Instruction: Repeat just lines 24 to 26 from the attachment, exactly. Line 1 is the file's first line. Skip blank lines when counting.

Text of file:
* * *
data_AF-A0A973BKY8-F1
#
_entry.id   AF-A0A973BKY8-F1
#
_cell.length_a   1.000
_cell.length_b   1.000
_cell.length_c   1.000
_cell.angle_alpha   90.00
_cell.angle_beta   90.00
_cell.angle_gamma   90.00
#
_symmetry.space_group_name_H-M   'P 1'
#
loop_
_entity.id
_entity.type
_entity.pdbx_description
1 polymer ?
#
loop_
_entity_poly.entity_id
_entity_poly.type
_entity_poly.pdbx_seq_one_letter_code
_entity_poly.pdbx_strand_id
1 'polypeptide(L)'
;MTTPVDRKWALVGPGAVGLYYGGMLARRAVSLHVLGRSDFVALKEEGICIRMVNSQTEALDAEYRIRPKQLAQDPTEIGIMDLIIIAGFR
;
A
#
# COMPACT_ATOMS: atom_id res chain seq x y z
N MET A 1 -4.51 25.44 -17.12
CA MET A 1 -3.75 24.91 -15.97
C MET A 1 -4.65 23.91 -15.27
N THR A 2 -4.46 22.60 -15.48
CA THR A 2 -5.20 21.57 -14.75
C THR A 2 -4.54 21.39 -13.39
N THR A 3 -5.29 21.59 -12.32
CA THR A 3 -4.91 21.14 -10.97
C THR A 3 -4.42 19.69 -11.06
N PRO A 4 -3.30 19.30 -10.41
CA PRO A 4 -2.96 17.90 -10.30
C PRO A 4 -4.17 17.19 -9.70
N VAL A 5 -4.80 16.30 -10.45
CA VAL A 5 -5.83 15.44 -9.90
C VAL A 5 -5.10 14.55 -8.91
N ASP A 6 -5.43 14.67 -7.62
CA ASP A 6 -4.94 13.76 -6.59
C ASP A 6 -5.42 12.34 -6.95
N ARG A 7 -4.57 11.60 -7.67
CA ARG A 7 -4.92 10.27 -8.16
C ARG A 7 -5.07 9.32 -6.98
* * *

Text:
_entity_poly.pdbx_strand_id
1 'polypeptide(L)'
;MTTPVDRKWALVGPGAVGLYYGGMLARRAVSLHVLGRSDFVALKEEGICIRMVNSQTEALDAEYRIRPKQLAQDPTEIGIMDLIIIAGFR